Focus On: Mel Wymore (Council District 6: Manhattan)

This is the third installment in our spotlight series on StreetsPAC endorsed candidates.

mel_wymore.jpgDuring his first term as Chair of Manhattan Community Board 7 in 2010, Mel Wymore championed the plan to transform a one-mile stretch of Columbus Avenue into a complete street.  Thanks to that effort, the entire length of Columbus is now getting the safe-streets treatment.  Wymore pledges to lead the way on a similar transformation of Amsterdam Avenue, and avenues citywide.  Wymore, who advocated for a borough-wide car-free Central Park resolution in 2011, plans to work to remove cars permanently from the park.


StreetsPAC: What is the biggest transportation issue facing your district?

Mel Wymore: The threat to life and limb that pedestrians, cyclists and other vulnerable users face on our streets.  In a typical year in our district, 300 people walking or riding are seriously injured, and one or two are killed.  This is unacceptable, and we have the tools at hand to dramatically reduce this toll.  All it requires is the political will and a recognition that the current conditions are a relic of an earlier era and unacceptable. 

SP: How do you make the case to residents, community board members, and business owners that livable streets are good for the district?

MW: The redesigned Columbus Avenue is making a pretty strong case on its own.  A much higher percentage of traffic is obeying the speed limit without affecting throughput, while injuries to street users are way down and double-parking has been cut.  Besides being safer and more functional, the avenue is more attractive, with local businesses or individuals adopting the plantings in the pedestrian refuge islands.  As these street redesigns proliferate around the city, making the case for livable streets will only get easier.  Still, any change is hard, which is why having solid data about safety and traffic and business impacts is so important.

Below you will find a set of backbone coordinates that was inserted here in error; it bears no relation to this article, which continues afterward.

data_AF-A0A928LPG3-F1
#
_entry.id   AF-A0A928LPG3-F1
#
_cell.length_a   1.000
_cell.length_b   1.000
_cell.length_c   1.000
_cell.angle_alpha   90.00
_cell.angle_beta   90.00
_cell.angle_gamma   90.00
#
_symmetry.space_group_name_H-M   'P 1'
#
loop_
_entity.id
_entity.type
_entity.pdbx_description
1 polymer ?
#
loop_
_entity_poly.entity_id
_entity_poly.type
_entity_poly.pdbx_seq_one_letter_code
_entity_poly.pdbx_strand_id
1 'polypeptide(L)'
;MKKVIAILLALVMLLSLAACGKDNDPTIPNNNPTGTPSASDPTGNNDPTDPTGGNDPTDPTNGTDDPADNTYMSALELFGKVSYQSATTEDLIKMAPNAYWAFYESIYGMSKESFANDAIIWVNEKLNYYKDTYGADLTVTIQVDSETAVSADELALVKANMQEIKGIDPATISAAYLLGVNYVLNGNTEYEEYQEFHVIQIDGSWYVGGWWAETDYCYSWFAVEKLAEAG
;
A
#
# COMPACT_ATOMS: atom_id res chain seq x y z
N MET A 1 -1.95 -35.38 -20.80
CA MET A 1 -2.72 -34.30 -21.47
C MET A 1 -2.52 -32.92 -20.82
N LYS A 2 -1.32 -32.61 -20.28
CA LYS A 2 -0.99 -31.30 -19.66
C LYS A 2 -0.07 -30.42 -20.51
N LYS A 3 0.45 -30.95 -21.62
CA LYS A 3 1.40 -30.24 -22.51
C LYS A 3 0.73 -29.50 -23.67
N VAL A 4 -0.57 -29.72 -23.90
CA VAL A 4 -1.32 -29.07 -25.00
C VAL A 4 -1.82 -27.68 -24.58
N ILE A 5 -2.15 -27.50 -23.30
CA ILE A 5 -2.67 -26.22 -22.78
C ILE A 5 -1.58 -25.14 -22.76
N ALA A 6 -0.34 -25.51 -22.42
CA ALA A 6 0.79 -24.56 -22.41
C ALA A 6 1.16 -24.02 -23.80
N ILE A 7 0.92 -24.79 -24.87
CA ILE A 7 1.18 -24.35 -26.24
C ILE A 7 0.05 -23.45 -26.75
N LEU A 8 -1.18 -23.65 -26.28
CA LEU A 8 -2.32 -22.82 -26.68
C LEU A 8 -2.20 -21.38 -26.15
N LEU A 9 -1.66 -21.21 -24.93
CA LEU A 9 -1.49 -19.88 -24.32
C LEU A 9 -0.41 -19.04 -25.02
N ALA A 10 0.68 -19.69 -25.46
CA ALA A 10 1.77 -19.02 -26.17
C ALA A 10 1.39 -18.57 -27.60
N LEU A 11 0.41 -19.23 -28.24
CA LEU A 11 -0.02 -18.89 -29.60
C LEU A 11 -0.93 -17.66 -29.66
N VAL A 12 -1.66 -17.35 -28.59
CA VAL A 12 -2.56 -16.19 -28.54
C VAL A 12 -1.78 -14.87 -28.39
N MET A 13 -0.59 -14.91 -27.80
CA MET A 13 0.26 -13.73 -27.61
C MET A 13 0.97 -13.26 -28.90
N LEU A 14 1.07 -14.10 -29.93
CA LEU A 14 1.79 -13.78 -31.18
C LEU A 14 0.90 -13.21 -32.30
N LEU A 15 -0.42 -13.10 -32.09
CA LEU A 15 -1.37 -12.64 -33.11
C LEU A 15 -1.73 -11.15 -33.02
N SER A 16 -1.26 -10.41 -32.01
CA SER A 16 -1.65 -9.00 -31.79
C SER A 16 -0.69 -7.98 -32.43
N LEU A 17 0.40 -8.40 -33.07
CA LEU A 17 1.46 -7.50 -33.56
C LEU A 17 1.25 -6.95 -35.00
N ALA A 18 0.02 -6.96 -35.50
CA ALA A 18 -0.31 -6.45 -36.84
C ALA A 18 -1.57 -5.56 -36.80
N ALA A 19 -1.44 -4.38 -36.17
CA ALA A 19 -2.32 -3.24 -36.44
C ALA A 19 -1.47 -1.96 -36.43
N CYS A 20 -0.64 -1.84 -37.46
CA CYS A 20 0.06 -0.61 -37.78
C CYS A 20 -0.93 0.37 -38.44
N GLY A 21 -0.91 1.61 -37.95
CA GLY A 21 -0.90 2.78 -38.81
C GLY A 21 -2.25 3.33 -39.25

In addition to broadcasting statistics and actual results, it's important to continue to organize our communities and raise awareness about complete streets.  We should also work to address issues that frustrate would-be supporters by continuing to educate drivers, cyclists, and pedestrians, and by collaborating with local officials to more effectively enforce traffic safety laws

SP: What do you think New York City streets will look like four years from now? What about twenty years from now?

MW: What our streets will look like four years from now depends on whether the next mayor continues the progressive transportation policies of the current one.  Four years from now I hope that all our major avenues will have received the “complete streets” treatment and that dedicated bus lanes will be the norm.  Bike share will extend throughout the five boroughs, and the percentage of New Yorkers commuting by bike will have risen from the current 1 percent to 10 percent.  We should also be well on the way to rationalizing our currently chaotic truck delivery “system,” with smaller trucks making deliveries and being able to use plentiful short-term loading zones that allow them to pull in and out without disrupting essential traffic.  In 20 years, the effects of climate change will be a much starker reality and we will have gotten serious about reversing it.  Congestion pricing coupled with a rational bridge-tolling system will be in place.  The bus and subway system will benefit tremendously from the resulting revenue, and New Yorkers will profit from the dramatic reduction in car traffic.  Our streets will be so safe that the rare fatality is headline news.  Conceivably, cycling’s mode share could hit 30 percent.    

SP: What are some of the best places to visit by bike in your neighborhood?

MW: The district is bordered on the east by Central Park and on the west by Riverside Park and the Hudson River bike path; it doesn’t get much better than that.  As I write this the DOT is putting the finishing touches on the extension of the Columbus Avenue protected bike lane, meaning that a cyclist heading south can now travel in a physically protected zone for more than two miles -- from 110th Street to 69th Street.  Filling in the final 10 blocks so cyclists can have a safe connection to the 9th Avenue lane is a crucial next step.

SP: What street in your neighborhood/district do you think is a model for what you'd like to see elsewhere?

MW: Columbus Avenue (see above).

SP: Everyone has a memorable story to tell about being on the subway.  What's yours?

MW: My son Riley wrote and performed a short seven-character drama set in a moving subway train when he was 18.  It was about how one person's inspiration has the power to overcome complacency and despair in others, even among strangers.   It moved me deeply, especially because I know he used to be afraid of the vast diversity of people who ride the subway every day.  Now he's all about it.

Volunteer with StreetsPAC at Mel's campaign office (108 W 69th St @ Columbus Ave) this Thursday, August 15, 6-8pm.  Email [email protected] to RSVP.

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StreetsPAC supports candidates for public office who will champion Safe, Complete and Livable Streets.